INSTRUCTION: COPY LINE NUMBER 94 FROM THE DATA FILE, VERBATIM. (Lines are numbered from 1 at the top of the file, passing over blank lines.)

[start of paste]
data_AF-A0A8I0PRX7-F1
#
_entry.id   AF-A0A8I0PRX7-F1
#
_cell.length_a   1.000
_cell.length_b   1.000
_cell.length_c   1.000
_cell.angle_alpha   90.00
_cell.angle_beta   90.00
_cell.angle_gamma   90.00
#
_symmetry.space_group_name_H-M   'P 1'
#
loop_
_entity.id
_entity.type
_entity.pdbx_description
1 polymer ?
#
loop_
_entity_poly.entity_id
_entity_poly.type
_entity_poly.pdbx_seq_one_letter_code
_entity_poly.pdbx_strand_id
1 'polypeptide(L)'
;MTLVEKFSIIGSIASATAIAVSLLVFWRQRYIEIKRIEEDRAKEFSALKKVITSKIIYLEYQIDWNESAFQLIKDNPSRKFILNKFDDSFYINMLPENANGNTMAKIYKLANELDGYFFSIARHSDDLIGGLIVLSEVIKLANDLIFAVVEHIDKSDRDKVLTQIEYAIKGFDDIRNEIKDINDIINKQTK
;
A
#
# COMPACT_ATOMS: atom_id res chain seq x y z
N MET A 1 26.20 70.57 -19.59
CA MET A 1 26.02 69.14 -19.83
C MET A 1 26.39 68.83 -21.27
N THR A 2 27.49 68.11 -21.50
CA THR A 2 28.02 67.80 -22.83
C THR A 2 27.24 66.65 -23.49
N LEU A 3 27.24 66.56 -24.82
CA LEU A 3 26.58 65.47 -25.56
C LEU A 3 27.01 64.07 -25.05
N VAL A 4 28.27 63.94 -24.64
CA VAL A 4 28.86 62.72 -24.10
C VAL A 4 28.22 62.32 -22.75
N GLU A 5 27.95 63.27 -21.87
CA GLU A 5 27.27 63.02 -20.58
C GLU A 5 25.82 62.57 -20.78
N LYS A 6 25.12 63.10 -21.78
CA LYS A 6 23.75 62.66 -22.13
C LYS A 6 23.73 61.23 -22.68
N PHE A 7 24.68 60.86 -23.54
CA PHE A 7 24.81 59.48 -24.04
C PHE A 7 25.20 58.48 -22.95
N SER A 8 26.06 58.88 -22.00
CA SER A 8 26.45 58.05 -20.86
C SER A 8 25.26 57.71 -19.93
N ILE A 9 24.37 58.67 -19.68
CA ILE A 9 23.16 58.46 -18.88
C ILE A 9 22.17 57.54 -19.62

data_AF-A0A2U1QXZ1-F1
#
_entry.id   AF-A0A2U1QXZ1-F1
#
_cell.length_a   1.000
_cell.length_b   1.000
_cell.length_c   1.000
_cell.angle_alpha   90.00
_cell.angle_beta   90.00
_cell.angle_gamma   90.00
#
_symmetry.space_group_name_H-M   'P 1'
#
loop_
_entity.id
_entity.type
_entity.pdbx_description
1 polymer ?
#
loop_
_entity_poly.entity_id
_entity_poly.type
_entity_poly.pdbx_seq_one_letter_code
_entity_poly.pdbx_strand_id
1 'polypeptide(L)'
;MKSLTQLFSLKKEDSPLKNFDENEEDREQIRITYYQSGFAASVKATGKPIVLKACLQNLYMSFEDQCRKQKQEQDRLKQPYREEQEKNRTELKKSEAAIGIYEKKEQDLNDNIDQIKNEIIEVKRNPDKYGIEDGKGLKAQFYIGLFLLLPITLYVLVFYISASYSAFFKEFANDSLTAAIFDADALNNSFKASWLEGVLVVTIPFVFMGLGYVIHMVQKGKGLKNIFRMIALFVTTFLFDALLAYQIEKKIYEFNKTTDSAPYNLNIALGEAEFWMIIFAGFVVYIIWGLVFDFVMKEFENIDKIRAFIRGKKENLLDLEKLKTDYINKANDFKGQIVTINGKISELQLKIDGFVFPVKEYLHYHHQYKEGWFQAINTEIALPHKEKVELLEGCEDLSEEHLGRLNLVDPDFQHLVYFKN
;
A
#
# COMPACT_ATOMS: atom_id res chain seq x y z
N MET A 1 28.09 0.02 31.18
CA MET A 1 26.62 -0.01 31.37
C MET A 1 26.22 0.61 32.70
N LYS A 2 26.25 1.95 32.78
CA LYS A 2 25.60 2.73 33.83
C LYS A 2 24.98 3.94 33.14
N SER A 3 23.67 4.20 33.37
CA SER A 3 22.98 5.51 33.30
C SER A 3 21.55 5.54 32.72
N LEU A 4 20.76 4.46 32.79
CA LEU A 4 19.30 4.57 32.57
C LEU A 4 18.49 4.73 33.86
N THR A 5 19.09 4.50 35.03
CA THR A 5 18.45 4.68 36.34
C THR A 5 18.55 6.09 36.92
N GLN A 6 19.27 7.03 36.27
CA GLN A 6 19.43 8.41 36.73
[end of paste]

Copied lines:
N SER A 3 23.67 4.20 33.37